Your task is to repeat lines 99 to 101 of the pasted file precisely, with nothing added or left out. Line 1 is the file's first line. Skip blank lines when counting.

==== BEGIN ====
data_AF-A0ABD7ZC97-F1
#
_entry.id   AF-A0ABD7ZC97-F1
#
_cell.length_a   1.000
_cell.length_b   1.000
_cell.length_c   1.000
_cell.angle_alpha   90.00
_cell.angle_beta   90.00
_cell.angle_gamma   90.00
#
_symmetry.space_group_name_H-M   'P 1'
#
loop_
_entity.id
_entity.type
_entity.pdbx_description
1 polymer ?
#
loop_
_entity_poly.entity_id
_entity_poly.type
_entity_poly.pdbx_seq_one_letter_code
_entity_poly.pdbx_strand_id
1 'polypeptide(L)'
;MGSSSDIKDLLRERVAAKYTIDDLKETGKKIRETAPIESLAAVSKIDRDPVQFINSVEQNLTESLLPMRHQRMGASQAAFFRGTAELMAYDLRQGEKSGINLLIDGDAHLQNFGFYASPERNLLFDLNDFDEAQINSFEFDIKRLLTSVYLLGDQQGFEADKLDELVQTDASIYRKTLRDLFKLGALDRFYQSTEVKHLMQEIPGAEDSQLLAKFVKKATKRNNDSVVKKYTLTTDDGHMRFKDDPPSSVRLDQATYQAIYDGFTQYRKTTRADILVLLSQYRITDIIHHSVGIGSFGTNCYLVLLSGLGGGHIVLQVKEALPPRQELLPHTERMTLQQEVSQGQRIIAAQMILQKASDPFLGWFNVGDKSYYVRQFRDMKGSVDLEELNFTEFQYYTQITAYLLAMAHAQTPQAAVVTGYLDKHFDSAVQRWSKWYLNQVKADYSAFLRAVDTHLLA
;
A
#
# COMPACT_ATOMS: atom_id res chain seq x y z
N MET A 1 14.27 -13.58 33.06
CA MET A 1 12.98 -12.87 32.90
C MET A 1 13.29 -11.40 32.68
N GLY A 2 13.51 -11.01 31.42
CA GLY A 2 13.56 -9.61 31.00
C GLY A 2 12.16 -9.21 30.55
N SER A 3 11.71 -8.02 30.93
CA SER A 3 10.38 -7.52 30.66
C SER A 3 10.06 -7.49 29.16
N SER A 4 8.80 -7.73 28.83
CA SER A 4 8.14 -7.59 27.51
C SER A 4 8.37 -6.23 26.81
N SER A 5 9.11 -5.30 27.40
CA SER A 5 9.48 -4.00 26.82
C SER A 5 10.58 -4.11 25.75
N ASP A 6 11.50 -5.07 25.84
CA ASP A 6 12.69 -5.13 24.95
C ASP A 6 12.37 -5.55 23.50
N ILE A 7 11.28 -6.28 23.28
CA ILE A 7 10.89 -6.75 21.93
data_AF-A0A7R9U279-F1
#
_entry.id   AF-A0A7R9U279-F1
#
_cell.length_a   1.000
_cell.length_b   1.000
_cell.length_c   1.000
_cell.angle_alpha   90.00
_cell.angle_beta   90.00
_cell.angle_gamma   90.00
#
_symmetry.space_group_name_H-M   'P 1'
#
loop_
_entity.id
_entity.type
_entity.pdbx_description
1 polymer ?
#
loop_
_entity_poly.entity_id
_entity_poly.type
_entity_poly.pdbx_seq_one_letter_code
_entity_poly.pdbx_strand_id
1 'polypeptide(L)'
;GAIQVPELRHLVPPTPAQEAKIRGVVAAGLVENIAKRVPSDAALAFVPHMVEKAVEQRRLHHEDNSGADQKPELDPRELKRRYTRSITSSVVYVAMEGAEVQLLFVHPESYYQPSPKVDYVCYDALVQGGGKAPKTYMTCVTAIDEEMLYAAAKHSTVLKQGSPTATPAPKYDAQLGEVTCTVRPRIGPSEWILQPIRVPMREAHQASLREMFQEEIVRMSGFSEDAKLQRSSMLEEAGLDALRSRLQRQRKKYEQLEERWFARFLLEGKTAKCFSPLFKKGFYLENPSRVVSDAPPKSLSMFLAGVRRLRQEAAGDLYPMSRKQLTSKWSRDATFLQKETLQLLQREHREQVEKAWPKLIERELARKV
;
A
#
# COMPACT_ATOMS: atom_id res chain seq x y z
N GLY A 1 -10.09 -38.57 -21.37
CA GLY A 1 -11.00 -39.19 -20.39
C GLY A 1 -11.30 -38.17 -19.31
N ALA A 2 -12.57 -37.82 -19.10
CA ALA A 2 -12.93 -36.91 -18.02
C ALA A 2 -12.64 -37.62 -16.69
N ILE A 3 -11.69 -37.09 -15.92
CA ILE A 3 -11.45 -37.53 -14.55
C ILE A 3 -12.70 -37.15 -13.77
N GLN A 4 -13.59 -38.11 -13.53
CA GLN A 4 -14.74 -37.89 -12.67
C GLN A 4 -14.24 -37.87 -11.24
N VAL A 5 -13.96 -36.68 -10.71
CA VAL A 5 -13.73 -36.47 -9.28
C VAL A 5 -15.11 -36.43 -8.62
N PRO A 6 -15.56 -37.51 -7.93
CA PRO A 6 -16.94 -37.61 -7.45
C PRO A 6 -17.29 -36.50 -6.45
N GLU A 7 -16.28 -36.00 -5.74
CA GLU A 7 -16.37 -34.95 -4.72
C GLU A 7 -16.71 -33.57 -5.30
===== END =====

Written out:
N GLU A 7 -16.28 -36.00 -5.74
CA GLU A 7 -16.37 -34.95 -4.72
C GLU A 7 -16.71 -33.57 -5.30